Rostov - Luanda
1997, Colour, 76 min
9 Jul 2010 - 22:00
Mauritanian director Abderrahmane Sissako (b. 1961) records his journey across war-torn Angola to find an old friend but really to recapture his own hopes for Africa.
He explains that Angolan independence in 1974 represented to him a new beginning for Africa. Like so many young Africans, he went to the Soviet Union in the 1980s for political and technical training and met an Angolan, Baribanga, whose confidence in his country's future embodied Sissako's own hopes for the continent. But the intervening years of civil war between Angolan factions each backed by a superpower and all the other catastrophes plaguing Africa have devastated the optimism of Sissako's generation. Rostov Luanda is thus a significant response to the disillusionment found in many recent African films, including Afrique, je te plumerai, Udju Azul di Yonta and Tableau Ferraille. Rostov Luanda is also a film built around an absence. The elusiveness of its ostensible subject in a familiar postmodern trope turns attention back on the filmmaker and his response – or lack of response – to his immediate surroundings, to the unpremeditated… Thus in Rostov Luanda the "subject" continually drifts from the search for Baribanga to Sissoko's encounter with the reality of Angola in the nineties.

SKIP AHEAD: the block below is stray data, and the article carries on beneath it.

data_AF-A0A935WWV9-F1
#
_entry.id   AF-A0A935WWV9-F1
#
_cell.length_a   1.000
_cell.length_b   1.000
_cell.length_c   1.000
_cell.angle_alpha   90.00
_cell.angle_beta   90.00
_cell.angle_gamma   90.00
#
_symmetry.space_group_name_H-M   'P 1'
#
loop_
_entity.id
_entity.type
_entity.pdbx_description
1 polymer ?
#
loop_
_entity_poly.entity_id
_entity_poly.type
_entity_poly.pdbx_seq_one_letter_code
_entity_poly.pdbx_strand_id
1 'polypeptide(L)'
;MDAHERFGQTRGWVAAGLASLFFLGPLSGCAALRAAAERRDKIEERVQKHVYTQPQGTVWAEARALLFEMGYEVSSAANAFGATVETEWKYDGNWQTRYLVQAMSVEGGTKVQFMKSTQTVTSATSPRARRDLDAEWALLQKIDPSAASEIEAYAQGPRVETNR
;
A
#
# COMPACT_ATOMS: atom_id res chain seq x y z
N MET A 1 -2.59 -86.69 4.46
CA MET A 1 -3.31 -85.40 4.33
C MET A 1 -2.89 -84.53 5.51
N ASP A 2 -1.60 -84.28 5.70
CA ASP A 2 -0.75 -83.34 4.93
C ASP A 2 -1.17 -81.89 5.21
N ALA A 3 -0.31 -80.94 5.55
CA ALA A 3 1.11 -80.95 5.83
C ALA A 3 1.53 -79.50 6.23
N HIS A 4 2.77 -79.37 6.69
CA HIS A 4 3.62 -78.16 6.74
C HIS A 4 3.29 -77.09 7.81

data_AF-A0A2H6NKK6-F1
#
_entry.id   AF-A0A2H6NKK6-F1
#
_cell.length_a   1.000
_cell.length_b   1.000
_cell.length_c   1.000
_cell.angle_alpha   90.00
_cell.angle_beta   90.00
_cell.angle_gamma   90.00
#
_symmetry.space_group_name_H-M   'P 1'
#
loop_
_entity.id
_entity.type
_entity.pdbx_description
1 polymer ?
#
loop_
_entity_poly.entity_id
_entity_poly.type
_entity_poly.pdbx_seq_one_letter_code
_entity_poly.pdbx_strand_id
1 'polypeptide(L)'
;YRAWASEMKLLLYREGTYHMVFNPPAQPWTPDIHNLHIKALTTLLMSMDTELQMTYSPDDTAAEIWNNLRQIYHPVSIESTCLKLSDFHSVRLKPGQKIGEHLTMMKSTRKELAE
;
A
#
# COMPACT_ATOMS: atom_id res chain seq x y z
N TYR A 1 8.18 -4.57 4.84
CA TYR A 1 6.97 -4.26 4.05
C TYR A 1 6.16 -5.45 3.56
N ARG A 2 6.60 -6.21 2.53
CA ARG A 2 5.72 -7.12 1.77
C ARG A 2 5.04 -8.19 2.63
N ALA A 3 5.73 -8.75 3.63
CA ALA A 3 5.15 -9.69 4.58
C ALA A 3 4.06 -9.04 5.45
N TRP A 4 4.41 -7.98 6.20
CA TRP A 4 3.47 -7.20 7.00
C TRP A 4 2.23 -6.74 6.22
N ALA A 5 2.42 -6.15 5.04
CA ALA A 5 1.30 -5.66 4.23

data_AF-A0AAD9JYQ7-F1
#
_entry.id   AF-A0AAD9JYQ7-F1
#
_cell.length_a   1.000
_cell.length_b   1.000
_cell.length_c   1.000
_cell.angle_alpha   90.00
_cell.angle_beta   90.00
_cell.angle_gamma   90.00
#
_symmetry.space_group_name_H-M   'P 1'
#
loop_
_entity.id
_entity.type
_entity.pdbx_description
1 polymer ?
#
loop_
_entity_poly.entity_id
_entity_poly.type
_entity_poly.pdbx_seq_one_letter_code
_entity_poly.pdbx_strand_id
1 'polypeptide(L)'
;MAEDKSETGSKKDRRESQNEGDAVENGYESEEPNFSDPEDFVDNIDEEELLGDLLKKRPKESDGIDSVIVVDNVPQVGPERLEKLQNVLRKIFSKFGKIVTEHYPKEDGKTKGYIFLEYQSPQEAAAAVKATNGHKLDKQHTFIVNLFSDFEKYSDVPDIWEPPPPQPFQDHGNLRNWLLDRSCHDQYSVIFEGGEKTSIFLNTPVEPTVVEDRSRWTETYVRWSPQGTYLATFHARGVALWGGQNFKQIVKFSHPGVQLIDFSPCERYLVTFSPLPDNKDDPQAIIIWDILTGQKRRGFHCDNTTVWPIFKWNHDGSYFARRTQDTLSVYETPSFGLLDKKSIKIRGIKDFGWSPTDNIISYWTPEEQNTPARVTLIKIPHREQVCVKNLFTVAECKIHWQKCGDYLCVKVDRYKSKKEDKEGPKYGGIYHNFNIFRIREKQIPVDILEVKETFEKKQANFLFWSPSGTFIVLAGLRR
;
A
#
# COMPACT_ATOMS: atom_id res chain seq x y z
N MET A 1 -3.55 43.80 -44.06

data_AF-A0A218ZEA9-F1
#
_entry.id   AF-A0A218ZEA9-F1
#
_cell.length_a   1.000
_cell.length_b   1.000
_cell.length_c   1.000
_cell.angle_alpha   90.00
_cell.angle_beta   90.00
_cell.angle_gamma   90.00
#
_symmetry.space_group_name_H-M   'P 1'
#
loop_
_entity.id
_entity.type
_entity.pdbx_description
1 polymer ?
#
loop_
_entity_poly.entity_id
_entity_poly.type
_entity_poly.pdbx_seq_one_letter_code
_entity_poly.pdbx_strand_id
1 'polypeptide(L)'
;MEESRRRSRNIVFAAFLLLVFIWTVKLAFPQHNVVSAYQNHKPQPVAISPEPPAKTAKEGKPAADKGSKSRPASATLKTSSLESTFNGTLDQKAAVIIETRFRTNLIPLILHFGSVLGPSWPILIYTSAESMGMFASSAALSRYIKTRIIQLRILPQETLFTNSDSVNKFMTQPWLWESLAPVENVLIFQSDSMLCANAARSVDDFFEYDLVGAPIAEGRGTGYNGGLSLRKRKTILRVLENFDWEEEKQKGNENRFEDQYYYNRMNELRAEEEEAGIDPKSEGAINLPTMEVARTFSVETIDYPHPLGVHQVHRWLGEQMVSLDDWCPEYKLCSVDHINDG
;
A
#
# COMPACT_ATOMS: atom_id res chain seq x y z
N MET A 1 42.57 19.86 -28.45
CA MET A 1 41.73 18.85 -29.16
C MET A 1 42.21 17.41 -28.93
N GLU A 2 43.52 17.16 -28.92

Rostov Luanda is a travel film and was premièred at Documenta X in Kassel, in 1997.